• Re: (Score:3, Interesting)

      by sderrick25 (1339381)
      Go to your local motorcycle shop and pick up a spray can of Plexus. It's used to polish helmet visors but it was originally designed for cleaning, polishing and sealing clear poly in aviation. I've used it on flaky Netflix discs and it works every time.
  • Toothepaste (Score:2, Interesting)

    I've heard that rubbing toothpaste on the shiny side and rinsing with water can be effective.
    • Re:Toothepaste (Score:5, Informative)

      by MoonBuggy (611105) on Tuesday August 05, 2008 @12:05PM (#24481183) Journal

      Yes, the abrasive in toothpaste can help to polish out the scratches, but really (especially as these are valuable/irreplaceable discs) you should just get it done professionally.

      I can't vouch for any particular company, but Googling "disc resurfacing service [google.co.uk]" turns up plenty of fairly economical options. There's no point spending a few hundred on a professional resurfacing machine, nor is there in risking doing it yourself with toothpaste or metal polish and a microfibre cloth, when you can pay a couple of dollars a disc and have them done by someone who knows what they're doing in a machine that probably cost a thousand or more.

      • Re:Toothepaste (Score:4, Interesting)

        by skelly33 (891182) on Tuesday August 05, 2008 @01:36PM (#24482907)
        I've seen an industrial grade disc resurfacing machine that takes stacks of discs for polishing in a hopper - they cost MUCH more than a thousand (USD) and if you could have your discs treated in such a machine for a buck a piece, it'd be well worth it.

        I've also done the toothpaste thing and there is a technique to it (not just randomly swirling it around) because what you are doing is making fine scratches with the paste abrasive and the lines must radiate from the center of the disc outward to be effective. I have restored unreadable discs to a state where data could be pulled from them - it's just good enough for last-ditch recovery, IMO - not something to count on using repeatedly.
    • Re: (Score:3, Informative)

      by camperslo (704715)

      I've heard that rubbing toothpaste on the shiny side and rinsing with water can be effective.

      I've had good results using standard toothpaste. What follows pertains to only problems with the read-side surface of discs. Foil-side damage is another problem evident as bright holes/scratches when examining a disc with strong light behind it.

      First make sure the disc is clean and free of things like pizza sauce, bean-dip, baby food, ice cream, sex-lubricant, etc. Rinsing in warm water alternated with gently rubb

  • Toothpaste (Score:5, Interesting)

    by Goldberg's Pants (139800) on Tuesday August 05, 2008 @11:30AM (#24480521) Journal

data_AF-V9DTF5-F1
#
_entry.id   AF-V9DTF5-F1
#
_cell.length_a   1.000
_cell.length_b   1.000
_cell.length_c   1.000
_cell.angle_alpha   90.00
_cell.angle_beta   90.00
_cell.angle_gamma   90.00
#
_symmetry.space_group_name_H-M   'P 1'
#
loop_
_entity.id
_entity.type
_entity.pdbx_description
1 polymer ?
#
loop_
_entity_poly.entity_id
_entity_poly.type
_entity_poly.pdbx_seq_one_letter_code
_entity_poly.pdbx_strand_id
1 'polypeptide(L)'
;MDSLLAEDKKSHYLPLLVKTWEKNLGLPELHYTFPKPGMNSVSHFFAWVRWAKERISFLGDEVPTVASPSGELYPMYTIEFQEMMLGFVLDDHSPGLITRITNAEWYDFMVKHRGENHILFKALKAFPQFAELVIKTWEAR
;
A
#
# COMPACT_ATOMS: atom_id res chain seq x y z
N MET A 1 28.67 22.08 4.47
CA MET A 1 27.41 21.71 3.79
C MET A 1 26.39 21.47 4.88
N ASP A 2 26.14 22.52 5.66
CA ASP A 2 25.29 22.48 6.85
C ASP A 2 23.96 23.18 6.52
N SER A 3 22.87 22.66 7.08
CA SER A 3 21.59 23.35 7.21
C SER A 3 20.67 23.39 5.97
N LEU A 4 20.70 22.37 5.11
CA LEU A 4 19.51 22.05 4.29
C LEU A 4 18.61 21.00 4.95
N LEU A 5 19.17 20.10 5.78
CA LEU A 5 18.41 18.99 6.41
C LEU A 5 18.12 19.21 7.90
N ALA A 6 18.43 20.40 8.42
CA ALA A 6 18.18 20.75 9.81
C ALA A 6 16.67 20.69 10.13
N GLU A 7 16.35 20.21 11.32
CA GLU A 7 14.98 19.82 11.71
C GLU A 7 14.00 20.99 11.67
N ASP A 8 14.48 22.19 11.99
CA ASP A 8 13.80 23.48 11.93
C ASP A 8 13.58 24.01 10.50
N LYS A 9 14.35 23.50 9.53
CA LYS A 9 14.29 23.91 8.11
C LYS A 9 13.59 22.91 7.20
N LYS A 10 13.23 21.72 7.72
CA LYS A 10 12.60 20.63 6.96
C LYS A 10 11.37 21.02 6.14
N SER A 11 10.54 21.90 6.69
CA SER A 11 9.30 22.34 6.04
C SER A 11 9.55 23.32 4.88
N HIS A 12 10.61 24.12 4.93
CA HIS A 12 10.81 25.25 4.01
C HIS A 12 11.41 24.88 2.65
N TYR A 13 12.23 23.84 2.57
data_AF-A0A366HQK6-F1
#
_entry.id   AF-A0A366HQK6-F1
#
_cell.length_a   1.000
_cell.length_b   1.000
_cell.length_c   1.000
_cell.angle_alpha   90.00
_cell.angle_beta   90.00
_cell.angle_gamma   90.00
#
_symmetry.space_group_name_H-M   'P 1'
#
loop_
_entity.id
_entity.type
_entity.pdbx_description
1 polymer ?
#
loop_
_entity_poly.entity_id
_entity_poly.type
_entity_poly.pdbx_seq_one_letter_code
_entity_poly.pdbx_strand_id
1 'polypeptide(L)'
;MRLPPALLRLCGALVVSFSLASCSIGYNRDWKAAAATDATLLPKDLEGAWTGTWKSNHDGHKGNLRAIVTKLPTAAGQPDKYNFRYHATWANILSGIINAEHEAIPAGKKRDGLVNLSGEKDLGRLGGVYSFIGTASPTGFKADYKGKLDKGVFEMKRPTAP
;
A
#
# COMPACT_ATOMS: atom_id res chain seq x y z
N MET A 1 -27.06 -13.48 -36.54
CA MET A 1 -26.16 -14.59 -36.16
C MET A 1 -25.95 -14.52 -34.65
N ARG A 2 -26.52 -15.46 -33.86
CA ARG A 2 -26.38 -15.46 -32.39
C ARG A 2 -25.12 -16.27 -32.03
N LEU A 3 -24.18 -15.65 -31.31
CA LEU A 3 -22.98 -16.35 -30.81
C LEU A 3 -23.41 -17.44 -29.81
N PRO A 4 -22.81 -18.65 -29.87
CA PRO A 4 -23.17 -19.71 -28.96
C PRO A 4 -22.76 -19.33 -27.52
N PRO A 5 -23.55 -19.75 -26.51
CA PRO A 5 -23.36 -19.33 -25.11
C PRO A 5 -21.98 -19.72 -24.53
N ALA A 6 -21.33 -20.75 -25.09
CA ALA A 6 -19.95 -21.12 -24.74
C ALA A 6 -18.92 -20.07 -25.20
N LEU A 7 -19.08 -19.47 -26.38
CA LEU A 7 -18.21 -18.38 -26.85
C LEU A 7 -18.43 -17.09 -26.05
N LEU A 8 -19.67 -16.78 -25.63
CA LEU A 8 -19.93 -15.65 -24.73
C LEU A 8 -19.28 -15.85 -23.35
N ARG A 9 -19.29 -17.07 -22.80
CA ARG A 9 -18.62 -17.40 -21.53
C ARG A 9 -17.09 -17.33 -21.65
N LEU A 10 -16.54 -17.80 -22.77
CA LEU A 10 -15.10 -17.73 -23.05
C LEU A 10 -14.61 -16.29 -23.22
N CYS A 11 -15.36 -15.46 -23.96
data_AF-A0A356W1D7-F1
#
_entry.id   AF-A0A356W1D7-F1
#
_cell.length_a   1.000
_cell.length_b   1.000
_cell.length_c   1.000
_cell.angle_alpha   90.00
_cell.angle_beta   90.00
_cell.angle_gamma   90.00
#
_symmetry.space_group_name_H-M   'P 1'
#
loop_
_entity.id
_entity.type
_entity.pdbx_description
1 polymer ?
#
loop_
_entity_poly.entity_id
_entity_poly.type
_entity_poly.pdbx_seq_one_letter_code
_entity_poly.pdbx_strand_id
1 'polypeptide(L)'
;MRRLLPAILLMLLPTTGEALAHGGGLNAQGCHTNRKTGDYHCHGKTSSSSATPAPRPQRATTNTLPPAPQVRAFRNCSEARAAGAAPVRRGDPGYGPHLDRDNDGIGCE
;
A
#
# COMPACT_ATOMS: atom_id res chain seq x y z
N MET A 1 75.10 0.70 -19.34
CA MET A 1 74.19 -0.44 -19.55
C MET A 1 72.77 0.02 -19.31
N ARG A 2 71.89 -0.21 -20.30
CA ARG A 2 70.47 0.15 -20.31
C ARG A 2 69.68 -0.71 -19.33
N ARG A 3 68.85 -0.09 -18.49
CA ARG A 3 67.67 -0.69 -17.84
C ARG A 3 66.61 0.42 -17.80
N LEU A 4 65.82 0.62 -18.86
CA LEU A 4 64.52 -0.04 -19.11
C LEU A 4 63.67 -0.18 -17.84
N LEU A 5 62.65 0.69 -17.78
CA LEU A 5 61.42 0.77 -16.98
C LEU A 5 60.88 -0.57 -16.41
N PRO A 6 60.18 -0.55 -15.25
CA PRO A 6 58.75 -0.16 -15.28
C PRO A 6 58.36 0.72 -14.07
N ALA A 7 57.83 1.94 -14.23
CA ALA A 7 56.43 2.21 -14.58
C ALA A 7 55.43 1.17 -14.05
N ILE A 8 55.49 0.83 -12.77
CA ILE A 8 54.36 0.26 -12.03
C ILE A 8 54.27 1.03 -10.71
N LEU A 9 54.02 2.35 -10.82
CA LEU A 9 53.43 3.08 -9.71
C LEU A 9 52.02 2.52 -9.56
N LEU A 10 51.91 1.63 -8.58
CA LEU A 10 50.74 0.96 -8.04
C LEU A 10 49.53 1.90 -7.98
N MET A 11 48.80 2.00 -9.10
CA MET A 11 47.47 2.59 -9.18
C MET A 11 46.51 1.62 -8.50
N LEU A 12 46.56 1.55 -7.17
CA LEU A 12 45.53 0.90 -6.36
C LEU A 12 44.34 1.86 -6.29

Get toothpaste. NOT GEL, but regular white paste. Get a small cloth, put a dab on it, then rub it from the center to the outside in straight lines going outwards around the whole disk. When you're done, clean it off and pat it dry. Disk will look like hell, but it'll work.

    I have rescued lord knows how many CDs with this technique, including console ones that were completely screwed, and even resurrected a dead DVD-RW just this past weekend using this technique.

    • Re: (Score:2, Informative)

      by LiquidCoooled (634315)

      Polishing anything requires a lot of skill to get it right.
      Its just as easy to screw up your cd than to make it better.

      Learn how to carefully polish things before you start and practice on things you don't need.

      Toothpaste will not remove scratches that you can feel, but it may clean out the grooves of the scratch enough for them to be read.

      If in doubt, speak to one of your friends who buffs and polishes their car every weekend - they will likely have the tools, polishes and most importantly knowledge availa

    • by AioKits (1235070) on Tuesday August 05, 2008 @11:34AM (#24480605)
      Toothpaste eh? Working porn DVD and clean teeth, all in one swoop!
    • Re:Toothpaste (Score:5, Interesting)

      by David Gerard (12369) <slashdot@NospAm.davidgerard.co.uk> on Tuesday August 05, 2008 @11:35AM (#24480619) Homepage

      The way this works, by the way, is that white toothpaste contains fuller's earth [wikipedia.org], which is a very mild abrasive. This polishes the disk back to readability.

      Use this as your last resort, only when EAC and cdparanoia have both failed.

      Note also: if you hold the disk up to the light and see lots of pinholes ... the aluminium layer's fucked and you haven't a hope. I dunno if you can repaint an aluminium layer ...

    • by pagewalker (1286802) on Tuesday August 05, 2008 @11:39AM (#24480681)

      I wonder if that works on 3.5" floppies...

      Of course, 3.5" floppies are in cases, so I'll have to just squeeze the toothpaste into the case, and then use the disk drive to spread it out over the surface of the disk.

      It might be worth it just for the tech support call.

    • Re: (Score:3, Informative)

      by claytonjr (1142215)

      Get toothpaste. NOT GEL, but regular white paste. Get a small cloth, put a dab on it, then rub it from the center to the outside in straight lines going outwards around the whole disk. When you're done, clean it off and pat it dry. Disk will look like hell, but it'll work.